More than two years after Islamist militants killed 130 people in their city, Parisians will be hoping for some new insight into the carnage when the sole surviving suspect appears in public for the first time on Monday.
But Salah Abdeslam, who goes on trial under high security in his native Brussels in relation to a shooting that preceded his capture and Islamic State suicide bombings there in March 2016, has so far shown little inclination to talk.
Kept under 24-hour suicide watch near Paris, 28, the 28-year-old has been transferred to a high-security prison close to France's northern border so that he can be ferried to the Belgian capital's Palace of Justice daily. Hearings are scheduled to last all week in a case related to events four months after the Paris attacks of November 2015.
With a French trial not expected until next year, his Belgian appearance, along with alleged accomplice Sofien Ayari, a 24-year-old Tunisian, will be his first moment in public since his arrest on March 18, 2016, close to his family home in the poor, western Brussels borough of Molenbeek.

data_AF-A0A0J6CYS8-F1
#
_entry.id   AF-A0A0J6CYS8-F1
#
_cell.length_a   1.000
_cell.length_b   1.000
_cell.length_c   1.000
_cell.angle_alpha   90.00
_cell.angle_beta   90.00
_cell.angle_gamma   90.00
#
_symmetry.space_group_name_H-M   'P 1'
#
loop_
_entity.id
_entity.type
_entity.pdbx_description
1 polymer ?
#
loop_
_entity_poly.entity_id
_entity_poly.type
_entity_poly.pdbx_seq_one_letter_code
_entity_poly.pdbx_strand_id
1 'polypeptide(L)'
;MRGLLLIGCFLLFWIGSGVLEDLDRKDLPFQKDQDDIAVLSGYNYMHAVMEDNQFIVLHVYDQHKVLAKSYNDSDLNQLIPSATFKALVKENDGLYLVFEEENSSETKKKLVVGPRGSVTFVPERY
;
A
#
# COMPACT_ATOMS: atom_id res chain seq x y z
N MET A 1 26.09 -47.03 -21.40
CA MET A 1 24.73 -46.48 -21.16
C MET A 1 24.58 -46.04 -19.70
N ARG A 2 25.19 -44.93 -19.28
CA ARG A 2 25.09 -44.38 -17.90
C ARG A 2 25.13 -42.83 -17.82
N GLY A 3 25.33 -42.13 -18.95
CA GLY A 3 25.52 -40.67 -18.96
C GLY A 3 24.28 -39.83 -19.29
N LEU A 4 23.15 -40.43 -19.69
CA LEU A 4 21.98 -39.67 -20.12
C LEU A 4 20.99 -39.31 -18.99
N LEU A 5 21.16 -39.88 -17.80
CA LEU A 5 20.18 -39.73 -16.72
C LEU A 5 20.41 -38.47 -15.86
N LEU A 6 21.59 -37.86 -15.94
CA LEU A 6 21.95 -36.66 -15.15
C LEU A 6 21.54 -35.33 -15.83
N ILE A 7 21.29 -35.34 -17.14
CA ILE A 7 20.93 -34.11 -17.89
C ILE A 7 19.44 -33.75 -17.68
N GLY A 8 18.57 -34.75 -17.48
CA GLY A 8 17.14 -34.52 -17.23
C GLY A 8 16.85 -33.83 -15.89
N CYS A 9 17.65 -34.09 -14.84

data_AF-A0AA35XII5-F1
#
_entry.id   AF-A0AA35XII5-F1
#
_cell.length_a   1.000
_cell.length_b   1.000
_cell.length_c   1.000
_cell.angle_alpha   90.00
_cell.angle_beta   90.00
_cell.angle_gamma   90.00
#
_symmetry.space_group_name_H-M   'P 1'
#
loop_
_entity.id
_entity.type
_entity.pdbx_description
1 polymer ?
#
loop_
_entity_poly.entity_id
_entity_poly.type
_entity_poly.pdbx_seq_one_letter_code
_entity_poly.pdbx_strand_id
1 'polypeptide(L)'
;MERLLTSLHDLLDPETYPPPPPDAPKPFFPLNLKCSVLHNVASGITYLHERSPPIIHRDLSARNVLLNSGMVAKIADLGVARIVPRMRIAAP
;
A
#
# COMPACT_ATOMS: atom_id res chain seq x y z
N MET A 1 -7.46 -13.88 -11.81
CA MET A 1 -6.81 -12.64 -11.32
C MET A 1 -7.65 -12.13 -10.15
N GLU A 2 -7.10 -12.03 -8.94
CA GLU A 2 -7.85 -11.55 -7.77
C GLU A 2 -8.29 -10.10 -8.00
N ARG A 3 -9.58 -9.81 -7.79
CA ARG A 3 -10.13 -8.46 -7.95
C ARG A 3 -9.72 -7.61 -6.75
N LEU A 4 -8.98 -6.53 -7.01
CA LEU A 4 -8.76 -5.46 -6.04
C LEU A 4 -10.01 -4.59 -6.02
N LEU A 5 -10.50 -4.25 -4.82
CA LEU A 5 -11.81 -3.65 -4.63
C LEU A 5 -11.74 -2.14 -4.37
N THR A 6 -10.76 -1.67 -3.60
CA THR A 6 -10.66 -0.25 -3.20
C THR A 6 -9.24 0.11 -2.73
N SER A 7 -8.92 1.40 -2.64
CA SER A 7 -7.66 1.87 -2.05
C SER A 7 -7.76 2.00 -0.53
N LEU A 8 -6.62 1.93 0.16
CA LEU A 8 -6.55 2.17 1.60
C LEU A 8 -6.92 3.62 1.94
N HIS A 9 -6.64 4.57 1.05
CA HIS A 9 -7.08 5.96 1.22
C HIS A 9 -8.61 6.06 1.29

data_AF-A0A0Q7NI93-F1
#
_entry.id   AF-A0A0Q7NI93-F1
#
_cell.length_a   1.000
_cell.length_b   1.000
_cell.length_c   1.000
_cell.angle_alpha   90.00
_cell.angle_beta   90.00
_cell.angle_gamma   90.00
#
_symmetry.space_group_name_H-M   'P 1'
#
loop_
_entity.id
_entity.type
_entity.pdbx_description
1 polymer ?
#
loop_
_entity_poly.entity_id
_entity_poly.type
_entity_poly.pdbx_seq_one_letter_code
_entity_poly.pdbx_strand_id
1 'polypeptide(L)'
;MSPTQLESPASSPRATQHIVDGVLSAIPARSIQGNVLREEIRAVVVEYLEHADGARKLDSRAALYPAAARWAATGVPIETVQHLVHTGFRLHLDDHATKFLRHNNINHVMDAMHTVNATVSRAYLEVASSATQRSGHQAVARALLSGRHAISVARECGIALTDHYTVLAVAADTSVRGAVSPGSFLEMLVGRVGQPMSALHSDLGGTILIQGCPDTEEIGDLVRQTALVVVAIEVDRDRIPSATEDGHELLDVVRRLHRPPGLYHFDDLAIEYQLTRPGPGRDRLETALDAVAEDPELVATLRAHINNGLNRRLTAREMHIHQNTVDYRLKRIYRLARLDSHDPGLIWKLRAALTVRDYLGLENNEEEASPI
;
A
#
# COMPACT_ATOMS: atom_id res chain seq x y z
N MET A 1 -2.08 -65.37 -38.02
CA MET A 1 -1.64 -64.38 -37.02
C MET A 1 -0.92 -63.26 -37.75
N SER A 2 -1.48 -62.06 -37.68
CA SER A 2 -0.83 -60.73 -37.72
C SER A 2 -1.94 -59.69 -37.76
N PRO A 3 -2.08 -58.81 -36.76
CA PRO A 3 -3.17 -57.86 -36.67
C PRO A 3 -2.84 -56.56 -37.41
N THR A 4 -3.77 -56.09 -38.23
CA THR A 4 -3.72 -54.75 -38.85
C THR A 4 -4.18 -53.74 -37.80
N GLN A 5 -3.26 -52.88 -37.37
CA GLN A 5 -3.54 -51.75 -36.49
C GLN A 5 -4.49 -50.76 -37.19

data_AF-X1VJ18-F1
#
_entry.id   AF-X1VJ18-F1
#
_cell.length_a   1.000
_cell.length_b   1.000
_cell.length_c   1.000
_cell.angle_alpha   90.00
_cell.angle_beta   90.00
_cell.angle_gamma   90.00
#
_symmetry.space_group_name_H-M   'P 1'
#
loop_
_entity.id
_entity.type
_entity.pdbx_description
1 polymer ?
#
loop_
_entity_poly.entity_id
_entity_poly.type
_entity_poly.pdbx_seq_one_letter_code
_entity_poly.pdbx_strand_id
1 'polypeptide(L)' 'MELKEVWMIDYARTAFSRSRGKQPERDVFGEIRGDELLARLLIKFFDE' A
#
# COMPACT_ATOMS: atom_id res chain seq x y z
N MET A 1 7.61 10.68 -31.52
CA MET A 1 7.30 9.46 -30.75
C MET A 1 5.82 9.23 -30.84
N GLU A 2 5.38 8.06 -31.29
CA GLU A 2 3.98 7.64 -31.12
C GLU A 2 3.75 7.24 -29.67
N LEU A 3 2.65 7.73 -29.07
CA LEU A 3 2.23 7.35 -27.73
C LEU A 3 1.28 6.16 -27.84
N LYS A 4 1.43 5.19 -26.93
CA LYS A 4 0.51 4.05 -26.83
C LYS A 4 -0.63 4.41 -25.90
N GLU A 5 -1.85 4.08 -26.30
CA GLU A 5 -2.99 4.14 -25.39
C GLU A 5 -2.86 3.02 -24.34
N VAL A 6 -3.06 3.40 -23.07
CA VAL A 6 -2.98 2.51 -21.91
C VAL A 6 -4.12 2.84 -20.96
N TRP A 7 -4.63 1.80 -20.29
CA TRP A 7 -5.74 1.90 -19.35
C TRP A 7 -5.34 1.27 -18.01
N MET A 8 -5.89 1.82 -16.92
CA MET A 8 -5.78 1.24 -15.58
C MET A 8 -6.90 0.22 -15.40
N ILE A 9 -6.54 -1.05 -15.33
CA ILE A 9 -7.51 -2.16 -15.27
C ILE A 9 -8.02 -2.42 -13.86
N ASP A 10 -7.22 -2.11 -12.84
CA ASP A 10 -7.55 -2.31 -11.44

Both men face up to 40 years in prison for attempted murder linked to terrorism for shooting at Belgian and French police who raided a suspected hideout in the southern Brussels borough of Forest on March 15, 2016.
The trial has triggered a high alert in a city where 32 people were killed in suicide bombings at its airport and on its metro system by members of the same Islamic State-inspired group on March 22, 2016. That came four days after Abdeslam's arrest and was prompted, officials believe, by fears among the Brussels cell that he might betray their plan under interrogation.
More than 100 police are expected to be deployed in and around Brussels' mammoth 19th-century Palace of Justice, which dominates the skyline over the Renaissance city centre.